EP Huddle #10:
We spend a lot of time talking about each specific sales account and upcoming prospects we expect to move into the pipeline. We discuss appointments scheduled, meetings conducted, proposals sent and sales forecasts.
As a sales organization, we're constantly reviewing data and anecdotal summaries of accounts, campaigns and sales information. But, we've found the best way to approach the idea of sales reporting is to automate the things that can be automated, and then ask for a crystal clear picture of everything else.
The reasons for sales reporting is two fold, but is utilized poorly within many organizations. The reasons are: 1) Sales reporting helps the sales team work together to help generate revenue, solve problems and overcome obstacles. 2) Sales reporting helps management forecast sales numbers and determine what the future sales opportunity looks like. Unfortunately, too many sales leaders only focus on the second reason and aren't asking for information to further help the sales person increase sales and be successful.
Here's a list of (some of) the things we ask for, and a small summary for how this information is delivered.
As a team:
What additional reporting is helpful in your business? As you talk with your group, make sure the following bullet points are considered.
EP Huddle #9
One of the most important questions to ask at the beginning of a sales presentation is "how much time do you have for this call?"
Even if you've said it'll take 30 minutes when you set the meeting, it's important to ask the question in advance of beginning the presentation. And, most people forget to do this.
It's important to explain how the process will go, so that the audience knows what to expect and how their questions will be answered. They'll feel disrespected if you promised 30 minutes and took 2 hours.
Even if they're engaged and see the presentation the whole way through, they'll remember that you took longer than expected and they'll always view you as the long-winded guy.
The worst thing in sales is to have a prospect NOT share information with you. They stop returning calls and they try to preserve your feelings by not saying "no". This leads to you chasing the prospect and wasting a lot of time (not to mention bad forecasting for upcoming sales).
One way to reduce this scenario is to ask up-front how much time they have for the sales call or presentation. This way, you know if they have to leave at a certain time. If they tell you they have nothing scheduled for another hour, and 35 minutes into the call they say they're late for another meeting, then you can formulate an opinion whether they were trying to get out of the call.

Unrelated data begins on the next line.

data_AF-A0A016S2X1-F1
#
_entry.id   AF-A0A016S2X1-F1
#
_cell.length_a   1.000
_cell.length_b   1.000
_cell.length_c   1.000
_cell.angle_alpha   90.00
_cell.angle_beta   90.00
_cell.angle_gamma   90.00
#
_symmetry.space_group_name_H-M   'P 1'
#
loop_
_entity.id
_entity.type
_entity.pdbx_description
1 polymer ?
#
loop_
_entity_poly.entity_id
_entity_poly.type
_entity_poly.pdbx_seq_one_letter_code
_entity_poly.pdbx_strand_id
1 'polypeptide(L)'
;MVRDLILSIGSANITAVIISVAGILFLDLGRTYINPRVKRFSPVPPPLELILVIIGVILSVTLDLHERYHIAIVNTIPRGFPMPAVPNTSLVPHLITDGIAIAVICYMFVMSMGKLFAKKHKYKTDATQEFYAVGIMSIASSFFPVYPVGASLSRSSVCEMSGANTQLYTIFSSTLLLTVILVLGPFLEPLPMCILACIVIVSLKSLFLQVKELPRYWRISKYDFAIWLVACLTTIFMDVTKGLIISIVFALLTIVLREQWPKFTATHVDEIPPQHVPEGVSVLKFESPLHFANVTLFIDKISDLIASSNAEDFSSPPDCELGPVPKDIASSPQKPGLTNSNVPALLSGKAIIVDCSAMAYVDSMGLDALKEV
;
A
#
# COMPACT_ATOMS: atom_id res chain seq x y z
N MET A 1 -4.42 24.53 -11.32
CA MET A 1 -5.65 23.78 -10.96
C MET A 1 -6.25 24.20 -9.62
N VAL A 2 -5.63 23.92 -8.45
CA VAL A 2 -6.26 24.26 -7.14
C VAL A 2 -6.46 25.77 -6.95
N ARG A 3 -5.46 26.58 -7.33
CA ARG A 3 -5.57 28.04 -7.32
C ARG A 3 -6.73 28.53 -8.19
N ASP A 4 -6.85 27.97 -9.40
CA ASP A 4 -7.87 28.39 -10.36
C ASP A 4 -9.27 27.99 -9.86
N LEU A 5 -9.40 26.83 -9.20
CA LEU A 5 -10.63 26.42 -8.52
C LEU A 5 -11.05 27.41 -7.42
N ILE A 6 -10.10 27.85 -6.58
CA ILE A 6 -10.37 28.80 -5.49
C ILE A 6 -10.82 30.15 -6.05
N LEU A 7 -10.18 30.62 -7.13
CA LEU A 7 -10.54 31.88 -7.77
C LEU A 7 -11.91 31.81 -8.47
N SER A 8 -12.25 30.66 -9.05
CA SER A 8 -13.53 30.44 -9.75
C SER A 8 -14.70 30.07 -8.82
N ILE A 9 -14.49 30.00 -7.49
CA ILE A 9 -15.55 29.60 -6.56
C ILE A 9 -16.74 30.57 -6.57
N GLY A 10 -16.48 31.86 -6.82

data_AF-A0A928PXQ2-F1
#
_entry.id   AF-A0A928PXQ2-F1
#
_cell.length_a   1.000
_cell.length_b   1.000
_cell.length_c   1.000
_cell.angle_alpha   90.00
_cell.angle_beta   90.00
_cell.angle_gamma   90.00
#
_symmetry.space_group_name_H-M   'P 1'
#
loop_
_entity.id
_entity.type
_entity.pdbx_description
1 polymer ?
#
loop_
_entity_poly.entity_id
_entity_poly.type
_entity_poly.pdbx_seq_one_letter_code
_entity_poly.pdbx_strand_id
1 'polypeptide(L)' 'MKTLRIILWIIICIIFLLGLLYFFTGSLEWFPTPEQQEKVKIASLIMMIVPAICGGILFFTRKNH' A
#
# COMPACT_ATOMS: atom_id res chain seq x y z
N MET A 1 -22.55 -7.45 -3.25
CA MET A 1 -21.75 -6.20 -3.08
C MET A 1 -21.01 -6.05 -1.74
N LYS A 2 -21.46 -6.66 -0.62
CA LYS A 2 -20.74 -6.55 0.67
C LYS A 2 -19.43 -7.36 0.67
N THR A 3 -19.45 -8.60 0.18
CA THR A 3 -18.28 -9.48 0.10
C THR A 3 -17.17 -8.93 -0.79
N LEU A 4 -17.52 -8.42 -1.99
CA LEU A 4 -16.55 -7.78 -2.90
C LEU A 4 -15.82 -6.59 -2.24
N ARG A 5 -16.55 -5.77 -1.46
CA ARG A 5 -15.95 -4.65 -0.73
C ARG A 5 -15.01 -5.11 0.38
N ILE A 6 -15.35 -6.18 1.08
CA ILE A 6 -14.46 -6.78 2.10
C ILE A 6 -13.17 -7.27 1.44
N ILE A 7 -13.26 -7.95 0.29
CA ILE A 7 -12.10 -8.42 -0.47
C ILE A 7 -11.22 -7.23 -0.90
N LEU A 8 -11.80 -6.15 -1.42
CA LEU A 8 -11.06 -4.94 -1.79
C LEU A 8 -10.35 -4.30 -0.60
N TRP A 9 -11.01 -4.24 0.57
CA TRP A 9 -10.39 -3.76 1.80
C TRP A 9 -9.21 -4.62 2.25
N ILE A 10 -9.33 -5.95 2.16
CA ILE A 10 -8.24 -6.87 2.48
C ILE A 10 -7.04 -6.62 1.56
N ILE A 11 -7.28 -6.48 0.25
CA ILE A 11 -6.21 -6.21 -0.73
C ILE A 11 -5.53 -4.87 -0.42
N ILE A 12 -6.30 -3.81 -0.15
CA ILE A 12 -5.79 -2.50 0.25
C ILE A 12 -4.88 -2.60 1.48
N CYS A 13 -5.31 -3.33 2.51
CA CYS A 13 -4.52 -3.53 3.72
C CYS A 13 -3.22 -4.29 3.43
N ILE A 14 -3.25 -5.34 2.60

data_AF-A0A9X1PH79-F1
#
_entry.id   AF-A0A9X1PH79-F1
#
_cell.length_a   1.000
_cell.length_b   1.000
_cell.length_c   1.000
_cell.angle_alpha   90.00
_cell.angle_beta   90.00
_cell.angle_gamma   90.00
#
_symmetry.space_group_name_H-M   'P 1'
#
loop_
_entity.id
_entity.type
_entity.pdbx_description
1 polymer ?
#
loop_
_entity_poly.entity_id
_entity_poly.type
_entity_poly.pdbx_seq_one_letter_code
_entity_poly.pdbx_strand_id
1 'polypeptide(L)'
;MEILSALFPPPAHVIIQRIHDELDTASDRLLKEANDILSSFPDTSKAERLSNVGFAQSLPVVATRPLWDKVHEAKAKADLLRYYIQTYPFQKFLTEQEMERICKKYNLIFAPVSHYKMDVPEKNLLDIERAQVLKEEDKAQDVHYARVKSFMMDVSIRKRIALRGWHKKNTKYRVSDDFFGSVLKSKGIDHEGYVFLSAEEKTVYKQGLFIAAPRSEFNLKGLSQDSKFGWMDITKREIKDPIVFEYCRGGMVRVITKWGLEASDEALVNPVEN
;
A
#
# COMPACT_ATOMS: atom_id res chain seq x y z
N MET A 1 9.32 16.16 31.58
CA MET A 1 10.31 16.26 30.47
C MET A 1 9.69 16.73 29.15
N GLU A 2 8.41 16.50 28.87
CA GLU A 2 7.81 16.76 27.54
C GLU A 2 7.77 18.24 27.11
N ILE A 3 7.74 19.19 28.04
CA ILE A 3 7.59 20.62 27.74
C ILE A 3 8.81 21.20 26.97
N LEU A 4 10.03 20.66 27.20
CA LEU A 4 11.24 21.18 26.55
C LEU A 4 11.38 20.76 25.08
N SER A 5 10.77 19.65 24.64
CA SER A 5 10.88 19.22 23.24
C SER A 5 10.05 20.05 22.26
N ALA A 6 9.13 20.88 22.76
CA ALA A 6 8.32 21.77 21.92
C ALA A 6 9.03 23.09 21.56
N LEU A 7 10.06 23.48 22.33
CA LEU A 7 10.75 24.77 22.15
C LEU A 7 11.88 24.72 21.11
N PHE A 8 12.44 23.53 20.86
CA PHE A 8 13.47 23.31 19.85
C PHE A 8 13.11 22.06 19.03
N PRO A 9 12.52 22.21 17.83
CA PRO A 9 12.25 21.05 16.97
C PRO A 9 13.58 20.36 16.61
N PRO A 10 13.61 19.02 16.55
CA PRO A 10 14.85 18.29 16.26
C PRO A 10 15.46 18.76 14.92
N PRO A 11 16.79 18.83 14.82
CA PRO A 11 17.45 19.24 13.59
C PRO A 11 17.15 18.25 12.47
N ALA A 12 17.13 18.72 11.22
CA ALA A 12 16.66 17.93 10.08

If you don't ask the question up-front, you'll never know if they were truthful or not.
As a team:
What are other reasons for asking this question and setting proper expectations up-front?
EP Huddle #7
We talk a lot about the importance of providing customized solutions to your buyers in order to effectively match what you offer with what they're looking for.
Choosing to not have a one-size-fits-all approach will typically lead to more creative sales, larger opportunities and higher profitability. For instance, one of our clients sells social media reporting to attorneys, insurance companies and employment screening companies. There are ultimately two products for sale, but this company generates about 30% of their revenue by offering customized services to their clients. This means they can create products/services on the fly, and take advantage of the customer demand for obscure products and never thought about needs.
But, sometimes that's not entirely true. Over-customizing can lead to loss in productivity and an over complication of the sales process. Sales people waste a lot of time crafting custom solutions with their managers, and marketing people spend a lot of time trying to promote these newly crafted services. Buyers can get frustrated too.
As a Team:
Talk as an entire company (sales, finance, order management, product development, etc.) and determine the following.
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ABOUT EP HUDDLE
All departments within an organization should have a daily 10 minute quick meeting. People call these huddles, stand-ups, meetings, etc. Here you'll find ours.